I read a book a few months ago that’s not relevant now (in the sense, it’s not on the New York Times bestseller list) and I didn’t think I’d like it. I looked at the cover and thought: No.
I was wrong. You literally cannot judge a book by its cover.
The book is Saving Grace by Lee Smith. It tells the story of a family from the South. They are very poor and very religious. It’s set in the Appalachians and there’s revivals and snake-handling throughout the narrative. The religious fervor of these people, particularly the father, is terrifying. The author puts the reader right in the midst of it and Smith weaves a tale of how religion is everything to the patriarch, as long as it suits him and his agenda.
Florida Grace is a young girl and we see what’s going on in her world through her eyes. Despite her being uneducated and naive, she is very astute, intelligent and observant. She questions why God allows this and doesn’t allow that. She grows up around adults who do many acts in the name of God. Grace’s internal monologue draws the reader in—she questions God, the very thing she’s been taught to revere. She is fearful of this entity fashioned from bits and pieces of the Bible; her father picking and choosing passages that reinforce his beliefs.
From that reverence comes an enormous sense of guilt. So much so, that it stays with her. Her guilt, at times being so weighty, takes her down a destructive path. The ending is heart wrenching.
This isn’t a beach read. It’s a slice of life glimpse into a population that is rarely remembered. Smith dares to go there and she does so, with finesse and empathy.
Florida Grace’s story, so integral to who she is, so interwoven into her life’s path and story, swallows her up.
Striking a Chord
I think we’re all drawn to stories that we can somehow relate to. I’m from the South and perhaps that’s why this resonated with me so much. The point of Smith’s story, as so many great writers try to do, is put the reader in a place where the emotion of a character becomes the reader’s emotion.
This is a great feat and in the hands of a writer who does it so smoothly, it’s like magic. I love being transported to another place and learning, often through fiction, what it would be like to live there, grow up, understand how it could mold me into another form of myself.
One of my favorite quotes is from Rebecca Harding; “One little turn of the rudder and the ship goes to heaven or hell.”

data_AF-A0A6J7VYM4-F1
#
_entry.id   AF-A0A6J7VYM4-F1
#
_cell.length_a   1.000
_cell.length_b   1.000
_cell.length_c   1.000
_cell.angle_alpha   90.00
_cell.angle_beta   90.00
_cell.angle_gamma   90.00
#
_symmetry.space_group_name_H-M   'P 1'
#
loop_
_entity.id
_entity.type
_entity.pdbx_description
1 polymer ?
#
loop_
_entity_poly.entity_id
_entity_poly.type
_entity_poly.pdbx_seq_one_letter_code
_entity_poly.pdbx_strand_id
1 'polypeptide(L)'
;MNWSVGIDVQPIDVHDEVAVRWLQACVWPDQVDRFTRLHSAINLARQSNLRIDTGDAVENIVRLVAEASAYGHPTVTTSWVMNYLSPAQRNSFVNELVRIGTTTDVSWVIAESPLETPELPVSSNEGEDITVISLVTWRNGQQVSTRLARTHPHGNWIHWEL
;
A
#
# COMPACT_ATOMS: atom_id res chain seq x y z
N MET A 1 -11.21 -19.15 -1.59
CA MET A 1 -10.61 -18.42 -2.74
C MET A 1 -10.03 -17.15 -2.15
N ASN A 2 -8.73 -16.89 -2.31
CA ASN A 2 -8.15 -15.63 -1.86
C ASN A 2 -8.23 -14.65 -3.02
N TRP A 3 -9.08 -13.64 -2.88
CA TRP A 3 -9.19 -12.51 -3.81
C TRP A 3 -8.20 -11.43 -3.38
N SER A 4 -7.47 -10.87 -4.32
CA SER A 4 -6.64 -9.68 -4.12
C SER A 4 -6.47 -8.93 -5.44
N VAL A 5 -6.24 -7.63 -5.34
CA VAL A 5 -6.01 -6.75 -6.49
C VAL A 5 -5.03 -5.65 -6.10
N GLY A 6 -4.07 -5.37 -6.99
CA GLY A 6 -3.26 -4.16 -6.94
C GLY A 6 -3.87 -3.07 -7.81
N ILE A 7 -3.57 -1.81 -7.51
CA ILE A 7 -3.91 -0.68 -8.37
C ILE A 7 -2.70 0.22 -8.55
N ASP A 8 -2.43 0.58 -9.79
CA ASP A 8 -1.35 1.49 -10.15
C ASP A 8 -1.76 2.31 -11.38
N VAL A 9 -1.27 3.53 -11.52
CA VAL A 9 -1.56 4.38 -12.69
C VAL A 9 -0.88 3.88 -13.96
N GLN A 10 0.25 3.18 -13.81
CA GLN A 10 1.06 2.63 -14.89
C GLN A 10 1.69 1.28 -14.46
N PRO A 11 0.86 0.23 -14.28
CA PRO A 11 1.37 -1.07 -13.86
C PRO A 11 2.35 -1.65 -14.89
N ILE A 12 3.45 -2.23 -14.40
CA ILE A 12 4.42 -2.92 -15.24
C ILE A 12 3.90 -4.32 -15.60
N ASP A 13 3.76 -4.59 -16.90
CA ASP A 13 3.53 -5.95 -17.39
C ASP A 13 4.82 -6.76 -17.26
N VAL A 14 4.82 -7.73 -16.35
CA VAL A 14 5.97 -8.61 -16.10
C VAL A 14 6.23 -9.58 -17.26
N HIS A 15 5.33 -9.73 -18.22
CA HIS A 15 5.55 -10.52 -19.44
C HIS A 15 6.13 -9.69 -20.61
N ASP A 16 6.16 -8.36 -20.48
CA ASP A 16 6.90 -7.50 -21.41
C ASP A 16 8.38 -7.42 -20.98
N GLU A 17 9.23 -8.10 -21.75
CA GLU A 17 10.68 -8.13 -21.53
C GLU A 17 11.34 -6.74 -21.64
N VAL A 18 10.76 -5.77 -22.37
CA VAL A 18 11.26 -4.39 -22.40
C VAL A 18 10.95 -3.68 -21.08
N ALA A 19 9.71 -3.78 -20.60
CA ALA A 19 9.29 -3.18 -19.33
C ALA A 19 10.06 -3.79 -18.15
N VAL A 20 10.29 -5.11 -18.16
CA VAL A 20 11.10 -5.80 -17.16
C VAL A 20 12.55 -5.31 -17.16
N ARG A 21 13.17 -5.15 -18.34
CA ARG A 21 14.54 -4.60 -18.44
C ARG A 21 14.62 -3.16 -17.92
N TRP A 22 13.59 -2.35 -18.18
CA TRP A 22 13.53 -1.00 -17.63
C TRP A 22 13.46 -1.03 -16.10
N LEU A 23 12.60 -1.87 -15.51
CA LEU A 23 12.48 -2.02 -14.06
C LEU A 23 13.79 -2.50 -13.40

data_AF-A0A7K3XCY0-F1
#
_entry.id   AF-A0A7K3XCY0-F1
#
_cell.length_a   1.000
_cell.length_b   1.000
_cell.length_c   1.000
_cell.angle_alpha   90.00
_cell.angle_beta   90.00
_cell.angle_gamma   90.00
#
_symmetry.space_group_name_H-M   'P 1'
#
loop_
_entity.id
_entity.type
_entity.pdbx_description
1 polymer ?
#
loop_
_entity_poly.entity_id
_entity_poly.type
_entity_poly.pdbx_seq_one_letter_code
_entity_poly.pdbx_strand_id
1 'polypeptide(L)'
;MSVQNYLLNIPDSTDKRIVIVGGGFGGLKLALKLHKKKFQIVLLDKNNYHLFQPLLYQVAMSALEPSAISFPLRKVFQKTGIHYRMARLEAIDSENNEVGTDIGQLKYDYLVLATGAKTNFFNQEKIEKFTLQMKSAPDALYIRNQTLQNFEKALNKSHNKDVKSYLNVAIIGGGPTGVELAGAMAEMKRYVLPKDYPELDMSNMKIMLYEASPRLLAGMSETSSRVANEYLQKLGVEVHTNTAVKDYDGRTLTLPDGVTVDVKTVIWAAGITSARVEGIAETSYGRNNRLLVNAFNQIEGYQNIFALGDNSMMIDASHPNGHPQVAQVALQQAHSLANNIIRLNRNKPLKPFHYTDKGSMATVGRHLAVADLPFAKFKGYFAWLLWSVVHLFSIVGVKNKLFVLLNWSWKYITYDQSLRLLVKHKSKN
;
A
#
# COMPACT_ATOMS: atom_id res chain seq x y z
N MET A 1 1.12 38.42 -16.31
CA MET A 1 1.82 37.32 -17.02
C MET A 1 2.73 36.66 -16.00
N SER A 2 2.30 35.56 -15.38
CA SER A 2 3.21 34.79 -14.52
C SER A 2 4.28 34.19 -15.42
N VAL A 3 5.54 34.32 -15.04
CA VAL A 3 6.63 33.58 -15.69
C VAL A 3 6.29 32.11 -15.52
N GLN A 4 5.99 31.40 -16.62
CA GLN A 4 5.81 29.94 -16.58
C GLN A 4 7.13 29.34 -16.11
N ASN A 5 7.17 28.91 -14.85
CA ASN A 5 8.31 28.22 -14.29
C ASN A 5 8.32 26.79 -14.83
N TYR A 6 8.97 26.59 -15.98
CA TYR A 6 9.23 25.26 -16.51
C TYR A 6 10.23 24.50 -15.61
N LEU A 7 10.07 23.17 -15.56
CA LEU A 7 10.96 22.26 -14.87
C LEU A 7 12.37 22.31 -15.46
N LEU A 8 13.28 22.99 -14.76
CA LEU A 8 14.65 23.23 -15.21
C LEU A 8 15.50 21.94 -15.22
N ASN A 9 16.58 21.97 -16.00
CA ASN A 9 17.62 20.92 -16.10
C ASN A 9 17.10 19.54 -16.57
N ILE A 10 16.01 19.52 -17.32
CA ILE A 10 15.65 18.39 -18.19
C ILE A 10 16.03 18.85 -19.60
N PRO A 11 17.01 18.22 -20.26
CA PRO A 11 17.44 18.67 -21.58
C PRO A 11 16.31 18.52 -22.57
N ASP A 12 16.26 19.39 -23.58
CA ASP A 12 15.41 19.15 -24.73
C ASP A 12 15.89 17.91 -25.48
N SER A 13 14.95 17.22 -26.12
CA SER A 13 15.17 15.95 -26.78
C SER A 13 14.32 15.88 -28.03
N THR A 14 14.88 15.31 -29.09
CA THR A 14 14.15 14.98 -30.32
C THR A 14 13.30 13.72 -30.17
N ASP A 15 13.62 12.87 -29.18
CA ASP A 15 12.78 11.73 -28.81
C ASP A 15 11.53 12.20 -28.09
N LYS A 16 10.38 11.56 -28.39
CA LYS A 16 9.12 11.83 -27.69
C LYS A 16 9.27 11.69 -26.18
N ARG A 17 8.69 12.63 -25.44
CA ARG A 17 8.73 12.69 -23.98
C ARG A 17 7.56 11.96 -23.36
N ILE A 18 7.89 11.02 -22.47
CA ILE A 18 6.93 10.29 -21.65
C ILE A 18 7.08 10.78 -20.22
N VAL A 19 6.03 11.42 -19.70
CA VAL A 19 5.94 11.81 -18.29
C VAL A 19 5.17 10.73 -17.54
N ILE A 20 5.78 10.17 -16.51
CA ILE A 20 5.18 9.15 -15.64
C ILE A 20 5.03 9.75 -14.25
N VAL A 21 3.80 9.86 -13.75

Isn’t that the truth? I always try to think of that before I leap to judge too quickly. I don’t always succeed but I try. The older I get, the more I understand how crucial it is that I do. Things aren’t always what they seem. Neither are human beings. I think we all try to do the best we can with what we have and our “best” is determined by a whole set of variables; all the hows, whys and whats of who we are; our place in the world. My mom always said, “You do better when you know better.”
I think this is relevant now and has been throughout history. We’ve all watched change, some good, some not so good and depending on who you talk to, things are going to hell in a hand basket. To others, it’s about time! But, if you think about the enormous good that has come from upheaval and change over the centuries, it’s amazing.
Change comes from all kinds of individuals from all over this country. It’s not dictated by a particular region or state. It’s made up of a rainbow of voices from every corner.
The Point Please
The point of my post is to invite readers to remember that we all have our stories. Sometimes we forget to listen to others and they forget to listen to ours. The result is a standstill, neither bending or empathizing with the other.
I wrote a paper way back when while attending a small community college. It was sociology and I loved that class. The instructor informed the class that “I got it,” and asked me to read my paper in front of the entire class. Face burning and voice trembling, I did so. I’m sure that’s why I remember it so well. I was singled out for doing something good.
We remember those good things and the worst ones as well. I guess that too, is human behavior.
My paper was about Max Weber and his introduction of the concept of verstehen, which literally means “to understand.” Of course his theories were met with criticism by others, those others believing it’s impossible for one culture to fully understand another.
That may be true to some degree, but I think we can do a good job of it if we really try. That means everyone, even the ones we don’t believe are worthy of respect for whatever reason we’ve deemed them as such. They have their life stories as well. If we try to put ourselves in someone’s else place and look at the world through their eyes, maybe we can understand why they are the way they are and go from there.
It’s not easy, but it’s worth the effort.
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Happy Monday everyone. Have you read any books and stories lately that have moved you? Movies? Have you ever judged a book by its cover (literally or metaphorically) only to find out you were wrong?